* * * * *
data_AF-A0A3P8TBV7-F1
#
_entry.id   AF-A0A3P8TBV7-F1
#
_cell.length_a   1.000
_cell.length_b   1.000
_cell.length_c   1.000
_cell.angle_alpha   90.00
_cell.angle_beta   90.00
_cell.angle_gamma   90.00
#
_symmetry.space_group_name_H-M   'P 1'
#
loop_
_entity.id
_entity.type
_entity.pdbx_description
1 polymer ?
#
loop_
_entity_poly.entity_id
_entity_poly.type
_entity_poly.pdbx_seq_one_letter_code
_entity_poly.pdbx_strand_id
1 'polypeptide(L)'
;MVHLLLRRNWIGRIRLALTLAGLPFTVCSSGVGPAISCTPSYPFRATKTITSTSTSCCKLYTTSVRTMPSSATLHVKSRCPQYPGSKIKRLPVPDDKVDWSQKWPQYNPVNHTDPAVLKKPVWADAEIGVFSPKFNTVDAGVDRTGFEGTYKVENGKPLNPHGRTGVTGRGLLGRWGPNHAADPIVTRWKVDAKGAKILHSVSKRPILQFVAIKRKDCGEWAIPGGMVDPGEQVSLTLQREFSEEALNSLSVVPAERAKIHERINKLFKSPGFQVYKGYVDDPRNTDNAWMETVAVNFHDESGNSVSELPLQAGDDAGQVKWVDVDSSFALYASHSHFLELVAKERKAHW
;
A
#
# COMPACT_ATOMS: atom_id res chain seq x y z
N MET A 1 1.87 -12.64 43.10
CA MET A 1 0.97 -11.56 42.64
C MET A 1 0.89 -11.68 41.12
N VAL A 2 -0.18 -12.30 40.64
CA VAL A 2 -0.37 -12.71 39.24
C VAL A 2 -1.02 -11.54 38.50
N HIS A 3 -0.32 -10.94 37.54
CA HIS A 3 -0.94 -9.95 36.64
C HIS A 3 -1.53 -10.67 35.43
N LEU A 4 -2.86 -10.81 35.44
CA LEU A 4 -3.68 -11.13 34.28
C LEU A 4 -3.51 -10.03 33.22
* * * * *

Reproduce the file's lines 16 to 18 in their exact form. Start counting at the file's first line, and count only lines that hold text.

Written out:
_entity.type
_entity.pdbx_description
1 polymer ?